The Passing of a Servant Leader

In Fall 2016, News by Sally Jongsma

DR. DOUGLAS RIBBENS, A FOUNDING FACULTY MEMBER OF THE COLLEGE, DIED IN AUGUST 2016 AT AGE 89.

Ribbens served Dordt College for 37 years as professor, registrar, director of admissions and financial aid, academic dean, director of the library, and vice president for academic affairs. He played a major role in shaping and running the young institution as it moved from a junior college with fewer than 100 students to a thriving four-year college of more than 1,200. Today his name, along with that of his wife, Henrietta, appears on Dordt’s main classroom building.

“With Doug Ribbens’s passing, most of the founders of the college are gone,” said President Erik Hoekstra. “We give thanks to God for the lives and vision of these pioneers.”

Ribbens began teaching on the first day of classes in 1955. He set a high bar of excellence for himself and for the college.

“He always pressed us to grow, not just in student numbers, but in reputation as a quality Christian college,” said Hoekstra, noting that even in retirement, Ribbens wanted the founders’ vision for a biblically grounded education in all areas of life to remain central at Dordt College.

Ribbens was Dordt’s first education professor and was instrumental in laying out the early curriculum, serving as chair of the curriculum committee until his retirement. His varied titles don’t begin to describe the tasks he performed, however. In a 2009 Voice interview, reflecting on his years at Dordt, Ribbens described himself as the “utility infielder.”

So began an administrative career that spanned his professional life. He scheduled classes, supervised faculty, wrote North Central accreditation reports, submitted grant applications, managed the library, wrote computer programs to manage institutional data, and encouraged faculty to work out their Christian vision for the education they offered in their classrooms.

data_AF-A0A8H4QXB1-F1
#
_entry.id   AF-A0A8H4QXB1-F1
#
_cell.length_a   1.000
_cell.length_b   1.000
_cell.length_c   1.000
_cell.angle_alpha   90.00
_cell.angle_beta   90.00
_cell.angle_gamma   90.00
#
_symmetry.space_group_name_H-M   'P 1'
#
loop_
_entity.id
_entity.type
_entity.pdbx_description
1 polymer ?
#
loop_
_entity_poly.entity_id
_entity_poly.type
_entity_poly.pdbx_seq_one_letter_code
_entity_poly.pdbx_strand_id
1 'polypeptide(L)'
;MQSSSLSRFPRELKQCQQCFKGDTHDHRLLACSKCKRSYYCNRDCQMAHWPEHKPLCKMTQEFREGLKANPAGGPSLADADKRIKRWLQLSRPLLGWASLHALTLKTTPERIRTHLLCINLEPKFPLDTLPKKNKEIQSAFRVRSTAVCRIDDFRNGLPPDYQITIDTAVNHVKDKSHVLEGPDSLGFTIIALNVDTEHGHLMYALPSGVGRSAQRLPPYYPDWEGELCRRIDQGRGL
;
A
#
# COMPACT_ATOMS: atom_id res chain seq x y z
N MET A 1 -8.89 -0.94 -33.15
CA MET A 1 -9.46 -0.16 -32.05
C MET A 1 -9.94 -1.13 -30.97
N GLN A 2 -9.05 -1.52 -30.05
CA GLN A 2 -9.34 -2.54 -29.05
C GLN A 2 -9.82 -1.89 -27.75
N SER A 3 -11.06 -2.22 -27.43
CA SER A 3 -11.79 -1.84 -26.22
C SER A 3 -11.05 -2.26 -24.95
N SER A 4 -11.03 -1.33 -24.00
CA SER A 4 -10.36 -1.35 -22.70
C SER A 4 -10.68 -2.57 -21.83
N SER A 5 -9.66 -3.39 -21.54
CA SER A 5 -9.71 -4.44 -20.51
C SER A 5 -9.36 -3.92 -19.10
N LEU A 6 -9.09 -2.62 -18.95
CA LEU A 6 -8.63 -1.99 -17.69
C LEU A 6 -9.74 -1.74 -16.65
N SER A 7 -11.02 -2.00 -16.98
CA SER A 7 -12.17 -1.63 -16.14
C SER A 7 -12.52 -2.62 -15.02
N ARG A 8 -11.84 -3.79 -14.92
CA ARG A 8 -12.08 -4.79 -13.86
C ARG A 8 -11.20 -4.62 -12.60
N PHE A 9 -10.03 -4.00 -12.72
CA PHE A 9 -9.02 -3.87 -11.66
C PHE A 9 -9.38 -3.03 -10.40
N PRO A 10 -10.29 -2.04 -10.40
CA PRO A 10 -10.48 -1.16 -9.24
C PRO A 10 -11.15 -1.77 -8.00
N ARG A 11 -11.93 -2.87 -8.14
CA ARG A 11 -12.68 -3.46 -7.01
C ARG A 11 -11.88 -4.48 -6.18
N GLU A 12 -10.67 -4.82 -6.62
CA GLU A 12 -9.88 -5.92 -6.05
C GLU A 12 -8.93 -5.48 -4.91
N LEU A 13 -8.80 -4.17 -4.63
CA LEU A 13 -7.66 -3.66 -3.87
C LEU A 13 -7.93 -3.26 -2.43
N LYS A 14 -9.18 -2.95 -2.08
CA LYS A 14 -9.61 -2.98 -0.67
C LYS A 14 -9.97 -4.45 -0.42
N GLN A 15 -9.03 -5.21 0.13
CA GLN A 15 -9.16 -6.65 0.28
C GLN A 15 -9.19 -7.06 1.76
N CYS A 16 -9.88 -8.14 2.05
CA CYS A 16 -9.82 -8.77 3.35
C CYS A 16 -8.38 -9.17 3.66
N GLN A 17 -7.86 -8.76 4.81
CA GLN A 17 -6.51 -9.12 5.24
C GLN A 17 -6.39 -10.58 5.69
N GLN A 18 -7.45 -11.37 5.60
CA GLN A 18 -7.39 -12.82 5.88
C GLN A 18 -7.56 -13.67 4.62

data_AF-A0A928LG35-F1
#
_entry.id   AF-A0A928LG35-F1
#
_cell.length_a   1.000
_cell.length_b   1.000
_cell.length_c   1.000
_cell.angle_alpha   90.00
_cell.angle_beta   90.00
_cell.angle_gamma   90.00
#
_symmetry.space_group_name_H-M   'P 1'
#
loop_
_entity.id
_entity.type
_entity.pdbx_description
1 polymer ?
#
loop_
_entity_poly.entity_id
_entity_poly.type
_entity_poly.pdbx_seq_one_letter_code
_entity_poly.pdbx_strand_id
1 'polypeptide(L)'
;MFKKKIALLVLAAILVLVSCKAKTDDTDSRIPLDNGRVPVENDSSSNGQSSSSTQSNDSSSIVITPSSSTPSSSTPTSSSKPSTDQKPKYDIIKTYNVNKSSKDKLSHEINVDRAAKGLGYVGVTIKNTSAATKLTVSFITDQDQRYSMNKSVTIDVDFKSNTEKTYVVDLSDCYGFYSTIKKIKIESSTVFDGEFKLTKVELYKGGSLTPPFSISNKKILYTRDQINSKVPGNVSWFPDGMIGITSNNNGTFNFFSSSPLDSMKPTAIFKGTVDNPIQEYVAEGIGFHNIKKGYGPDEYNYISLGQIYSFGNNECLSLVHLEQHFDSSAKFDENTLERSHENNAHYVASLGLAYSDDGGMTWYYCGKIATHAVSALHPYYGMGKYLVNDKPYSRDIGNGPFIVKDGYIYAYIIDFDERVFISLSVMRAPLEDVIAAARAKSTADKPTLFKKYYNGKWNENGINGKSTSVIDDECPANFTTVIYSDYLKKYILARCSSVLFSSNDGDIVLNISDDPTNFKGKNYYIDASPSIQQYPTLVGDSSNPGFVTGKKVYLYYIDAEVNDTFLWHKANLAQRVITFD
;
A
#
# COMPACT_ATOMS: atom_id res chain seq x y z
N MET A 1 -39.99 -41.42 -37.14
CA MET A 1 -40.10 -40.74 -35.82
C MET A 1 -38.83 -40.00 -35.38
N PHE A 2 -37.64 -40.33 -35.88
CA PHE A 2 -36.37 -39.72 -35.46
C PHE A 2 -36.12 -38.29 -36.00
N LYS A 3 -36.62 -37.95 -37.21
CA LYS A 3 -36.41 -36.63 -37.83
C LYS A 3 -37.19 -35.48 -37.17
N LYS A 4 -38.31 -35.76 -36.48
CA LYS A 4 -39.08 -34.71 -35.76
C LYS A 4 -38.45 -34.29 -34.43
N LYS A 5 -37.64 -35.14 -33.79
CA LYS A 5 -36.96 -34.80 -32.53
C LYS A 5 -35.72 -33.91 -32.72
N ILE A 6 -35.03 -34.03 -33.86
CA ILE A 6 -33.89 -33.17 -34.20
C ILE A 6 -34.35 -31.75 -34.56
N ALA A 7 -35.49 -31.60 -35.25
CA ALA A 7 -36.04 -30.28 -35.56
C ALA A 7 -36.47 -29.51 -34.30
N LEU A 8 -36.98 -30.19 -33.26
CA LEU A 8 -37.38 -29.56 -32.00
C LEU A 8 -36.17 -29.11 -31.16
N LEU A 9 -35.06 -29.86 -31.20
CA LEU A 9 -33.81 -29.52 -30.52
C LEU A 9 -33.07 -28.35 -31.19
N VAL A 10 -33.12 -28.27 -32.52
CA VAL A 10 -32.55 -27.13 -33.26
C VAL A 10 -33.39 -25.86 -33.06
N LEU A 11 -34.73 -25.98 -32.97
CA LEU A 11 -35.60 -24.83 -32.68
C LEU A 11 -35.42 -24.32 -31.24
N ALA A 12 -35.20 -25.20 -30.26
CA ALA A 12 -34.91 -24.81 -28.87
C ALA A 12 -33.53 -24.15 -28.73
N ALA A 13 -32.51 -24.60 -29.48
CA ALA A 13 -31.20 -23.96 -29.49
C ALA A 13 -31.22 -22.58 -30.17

Dr. John Van Dyk, emeritus professor of philosophy and education, has used the term “practical realist” to describe Ribbens, noting that Ribbens pushed the college to put its vision into writing. “The Educational Task of Dordt College” was written under his watch and with his encouragement.

“Administrators and presidents don’t constitute a college; the faculty does,” Ribbens once said, believing it was his role as administrator to make it possible for the faculty to do their work. He expected much from them, but he also gave much and was a vigorous proponent of their role at the college.

Dordt’s third president, Dr. Carl Zylstra, noted, “When we named the Ribbens Academic Complex, many people recognized that the naming honored the academic founder of Dordt College.

“He had a heart for people who could be touched by the college’s mission and would bend to accommodate that,” Zylstra added, recalling the testimony of students who have told him of the “second chance” Ribbens gave them.

Today, the Douglas and Henrietta Ribbens Academic Complex honors the couple’s contribution to the college, including their financial contributions. Throughout his life, Ribbens continued to believe that a broad education that helps students develop a strong world- and life-view is the best preparation a student can have upon leaving college. To help make that possible, he and Henrietta funded several Ribbens Elementary Teacher Education Scholarships for Dordt students.

Ribbens kept a relatively low profile during his years at Dordt, but his visionary and administrative contributions played a major role in what Dordt College became during his 37 years of service and in what it is today.